Germany began tentatively lifting its lockdown two weeks ago, opening some shops and schools, after infection rates came down.
Merkel and the state leaders agreed last week to loosen the rules further, giving religious institutions, playgrounds, museums and zoos the green light to open.
But a national consensus on aligning measures to counter the virus — which was coupled with a sharp rise in Merkel's popularity — appears to have crumbled, as many states have struck out alone to further ease lockdown rules.
'Return to normality'
Germany is eyeing an almost complete return to normality in May, with plans to send all pupils back to school and to restart the top-flight football Bundesliga, according to a draft agreement seen by AFP Wednesday.
Only the cultural sector would have to wait, as large events are still cancelled until the end of August. Borders also remain closed.
But on the eve of her discussions with regional leaders, Germany's biggest state Bavaria preempted federal measures by announcing that its restaurants would open from May 18th and hotels and guest houses from May 30th.
State premier Markus Söder said “the time has come for a cautious reopening”, pointing to the “success” in containing the spread of the virus.
Lower Saxony, Mecklenburg-Western Pomerania, Saarland and Saxony-Anhalt have also announced their own plans for everything from restaurants to care homes.
A sign at a restaurant in Cuxhaven, Lower Saxony, stating that a restaurant will open on May 27th. Photo: DPA
Merkel has repeatedly urged Germany's states to proceed with caution when it comes to easing lockdown measures, even as Europe's top economy flounders.
“It remains absolutely important that we stay disciplined,” she said after last week's relaxing of measures, adding that the effects of the new rules would be watched carefully.
The restrictions — but also greater testing capacities — have seen Germany keep its death rate far lower than that of its European neighbours.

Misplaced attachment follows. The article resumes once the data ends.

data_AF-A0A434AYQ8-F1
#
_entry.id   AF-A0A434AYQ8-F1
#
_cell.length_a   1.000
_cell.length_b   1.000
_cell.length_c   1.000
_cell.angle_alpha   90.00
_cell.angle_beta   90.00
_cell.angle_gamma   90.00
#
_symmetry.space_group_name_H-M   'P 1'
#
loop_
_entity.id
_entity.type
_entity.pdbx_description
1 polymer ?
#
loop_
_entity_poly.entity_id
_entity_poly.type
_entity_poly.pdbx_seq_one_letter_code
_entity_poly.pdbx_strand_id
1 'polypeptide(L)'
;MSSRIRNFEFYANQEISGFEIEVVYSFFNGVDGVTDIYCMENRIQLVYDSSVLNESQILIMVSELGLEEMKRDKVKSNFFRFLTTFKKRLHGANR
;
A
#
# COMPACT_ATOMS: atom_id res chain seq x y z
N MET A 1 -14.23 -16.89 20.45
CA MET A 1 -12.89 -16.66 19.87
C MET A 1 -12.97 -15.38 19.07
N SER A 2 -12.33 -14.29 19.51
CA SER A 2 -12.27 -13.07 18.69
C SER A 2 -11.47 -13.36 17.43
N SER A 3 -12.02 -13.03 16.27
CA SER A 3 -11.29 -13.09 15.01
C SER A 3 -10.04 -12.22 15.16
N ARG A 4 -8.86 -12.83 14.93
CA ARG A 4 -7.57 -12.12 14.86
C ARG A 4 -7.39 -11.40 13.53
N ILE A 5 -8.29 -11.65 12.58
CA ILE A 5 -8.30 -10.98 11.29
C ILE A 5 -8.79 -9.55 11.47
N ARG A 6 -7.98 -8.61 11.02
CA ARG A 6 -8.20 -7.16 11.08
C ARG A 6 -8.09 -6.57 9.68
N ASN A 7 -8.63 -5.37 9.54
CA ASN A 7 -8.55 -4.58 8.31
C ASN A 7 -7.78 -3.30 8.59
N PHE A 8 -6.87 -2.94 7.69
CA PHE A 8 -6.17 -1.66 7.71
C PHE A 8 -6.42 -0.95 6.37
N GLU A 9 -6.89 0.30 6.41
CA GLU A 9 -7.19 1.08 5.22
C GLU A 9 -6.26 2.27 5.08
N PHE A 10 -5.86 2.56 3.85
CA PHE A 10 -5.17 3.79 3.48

Although Germany has recorded over 160,000 coronavirus cases, it has one of
the lowest mortality rates in the world — just over 6,800 people have died.
But although Merkel's conservative approach won her a rise in support in the early stages of the pandemic, the complaints have grown louder in recent
North Rhine-Westphalia state premier Armin Laschet, who has criticised Merkel's firmer stance on restrictions, told public broadcaster ARD in late April that the negative effects of lockdown must be “weighed up”.
He attacked what he said were the pessimistic predictions of some medical experts, pointing out that “40 percent of intensive care beds are empty” in his state.
Demonstrations against the lockdown were held in several German cities last weekend, and a new political movement calling itself Widerstand 2020 (Resistance 2020) claims on its website to have more than 100,000 members.
The far-right AfD, Germany's largest opposition party by number of MPs, has also attacked the lockdown measures.
But experts continue to call for restraint. The Robert Koch Institute (RKI) for disease control has repeatedly warned of possible second or even third waves of the virus hitting the country.
At a briefing on Tuesday, RKI head Lothar Wieler urged vigilance.
“Social distancing is certainly the new normal and will help to ensure that the infection rate remains low,” he said.
“If we ease restrictions, this will of course increase the risk of new infections.”